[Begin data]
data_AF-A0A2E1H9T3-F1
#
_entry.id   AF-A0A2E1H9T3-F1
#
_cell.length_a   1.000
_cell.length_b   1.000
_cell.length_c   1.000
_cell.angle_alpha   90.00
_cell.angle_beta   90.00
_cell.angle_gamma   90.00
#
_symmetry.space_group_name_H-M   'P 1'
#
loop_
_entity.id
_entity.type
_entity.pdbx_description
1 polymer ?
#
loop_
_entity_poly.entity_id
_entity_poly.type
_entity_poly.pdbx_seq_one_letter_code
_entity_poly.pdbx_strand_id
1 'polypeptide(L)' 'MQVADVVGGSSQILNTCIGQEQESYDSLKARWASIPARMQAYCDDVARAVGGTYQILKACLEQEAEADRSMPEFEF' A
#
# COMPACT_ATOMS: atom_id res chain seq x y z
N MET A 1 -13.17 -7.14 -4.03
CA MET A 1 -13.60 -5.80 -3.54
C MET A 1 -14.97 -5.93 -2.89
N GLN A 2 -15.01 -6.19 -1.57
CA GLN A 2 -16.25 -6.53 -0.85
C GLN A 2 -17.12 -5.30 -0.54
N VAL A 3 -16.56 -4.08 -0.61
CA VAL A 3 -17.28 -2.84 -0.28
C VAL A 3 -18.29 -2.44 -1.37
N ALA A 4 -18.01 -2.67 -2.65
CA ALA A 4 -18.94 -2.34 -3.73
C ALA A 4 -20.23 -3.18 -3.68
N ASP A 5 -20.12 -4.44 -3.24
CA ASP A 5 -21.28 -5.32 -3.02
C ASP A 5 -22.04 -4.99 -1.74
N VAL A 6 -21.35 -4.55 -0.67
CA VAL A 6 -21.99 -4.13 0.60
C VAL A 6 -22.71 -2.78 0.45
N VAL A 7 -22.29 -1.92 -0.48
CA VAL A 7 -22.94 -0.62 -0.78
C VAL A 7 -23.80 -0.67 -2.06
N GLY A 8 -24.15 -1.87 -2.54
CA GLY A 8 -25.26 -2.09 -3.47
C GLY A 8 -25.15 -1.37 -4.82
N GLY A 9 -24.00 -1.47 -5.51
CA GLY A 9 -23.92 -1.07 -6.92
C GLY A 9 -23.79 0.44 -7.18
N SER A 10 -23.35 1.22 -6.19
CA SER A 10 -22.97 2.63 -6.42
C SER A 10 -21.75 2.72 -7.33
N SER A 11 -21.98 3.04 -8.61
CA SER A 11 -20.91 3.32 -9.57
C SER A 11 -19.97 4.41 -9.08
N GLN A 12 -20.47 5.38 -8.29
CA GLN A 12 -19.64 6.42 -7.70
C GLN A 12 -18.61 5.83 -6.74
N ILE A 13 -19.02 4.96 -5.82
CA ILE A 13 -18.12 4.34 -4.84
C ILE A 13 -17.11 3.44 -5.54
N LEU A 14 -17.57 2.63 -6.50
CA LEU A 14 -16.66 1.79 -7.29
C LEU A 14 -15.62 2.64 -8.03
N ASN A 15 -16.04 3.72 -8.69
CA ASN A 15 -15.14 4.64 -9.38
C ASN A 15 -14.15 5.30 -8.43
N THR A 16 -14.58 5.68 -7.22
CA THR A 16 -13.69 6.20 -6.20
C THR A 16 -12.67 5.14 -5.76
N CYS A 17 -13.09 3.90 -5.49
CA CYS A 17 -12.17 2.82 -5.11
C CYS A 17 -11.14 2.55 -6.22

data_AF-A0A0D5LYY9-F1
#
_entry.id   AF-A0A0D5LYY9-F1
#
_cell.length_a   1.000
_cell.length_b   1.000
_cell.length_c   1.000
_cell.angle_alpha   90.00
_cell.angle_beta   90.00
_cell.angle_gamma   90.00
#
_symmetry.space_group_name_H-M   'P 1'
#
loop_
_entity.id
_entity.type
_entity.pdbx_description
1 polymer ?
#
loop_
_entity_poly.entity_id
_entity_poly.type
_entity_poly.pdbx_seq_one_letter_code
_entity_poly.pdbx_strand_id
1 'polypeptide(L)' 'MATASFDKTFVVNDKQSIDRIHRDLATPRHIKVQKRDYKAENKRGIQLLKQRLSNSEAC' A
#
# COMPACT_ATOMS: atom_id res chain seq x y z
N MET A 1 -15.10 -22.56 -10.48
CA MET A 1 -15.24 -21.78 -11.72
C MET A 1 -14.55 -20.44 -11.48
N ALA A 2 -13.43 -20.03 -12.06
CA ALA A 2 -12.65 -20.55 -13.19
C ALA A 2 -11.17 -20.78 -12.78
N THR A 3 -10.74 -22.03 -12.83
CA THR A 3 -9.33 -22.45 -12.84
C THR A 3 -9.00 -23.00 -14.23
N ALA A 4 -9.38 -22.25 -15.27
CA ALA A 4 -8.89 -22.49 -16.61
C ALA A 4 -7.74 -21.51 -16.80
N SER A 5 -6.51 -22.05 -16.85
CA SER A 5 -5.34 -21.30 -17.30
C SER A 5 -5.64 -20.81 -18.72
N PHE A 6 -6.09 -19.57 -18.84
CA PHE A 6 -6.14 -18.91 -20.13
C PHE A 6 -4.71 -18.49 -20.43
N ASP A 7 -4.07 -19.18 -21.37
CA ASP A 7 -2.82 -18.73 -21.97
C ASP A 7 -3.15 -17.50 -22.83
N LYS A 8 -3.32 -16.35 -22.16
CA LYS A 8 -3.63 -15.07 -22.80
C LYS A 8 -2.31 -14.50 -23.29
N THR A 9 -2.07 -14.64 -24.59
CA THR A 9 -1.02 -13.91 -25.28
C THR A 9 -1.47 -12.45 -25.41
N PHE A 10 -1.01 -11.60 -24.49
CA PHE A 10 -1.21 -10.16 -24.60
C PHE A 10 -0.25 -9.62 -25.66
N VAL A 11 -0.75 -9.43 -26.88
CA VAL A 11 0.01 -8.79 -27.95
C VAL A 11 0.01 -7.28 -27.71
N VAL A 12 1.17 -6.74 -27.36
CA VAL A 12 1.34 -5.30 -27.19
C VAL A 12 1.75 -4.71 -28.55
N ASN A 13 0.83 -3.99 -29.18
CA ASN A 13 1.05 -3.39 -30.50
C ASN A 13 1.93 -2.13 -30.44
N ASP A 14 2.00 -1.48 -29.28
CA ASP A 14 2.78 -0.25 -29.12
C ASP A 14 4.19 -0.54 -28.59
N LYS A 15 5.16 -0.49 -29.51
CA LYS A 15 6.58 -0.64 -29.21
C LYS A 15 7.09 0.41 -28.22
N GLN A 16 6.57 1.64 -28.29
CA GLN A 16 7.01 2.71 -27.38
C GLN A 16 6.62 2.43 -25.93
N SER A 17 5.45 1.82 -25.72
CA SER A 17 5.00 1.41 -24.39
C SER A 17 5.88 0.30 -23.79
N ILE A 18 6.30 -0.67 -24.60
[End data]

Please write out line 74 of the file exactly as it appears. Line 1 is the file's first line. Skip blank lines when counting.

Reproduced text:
CA THR A 16 -13.69 6.20 -6.20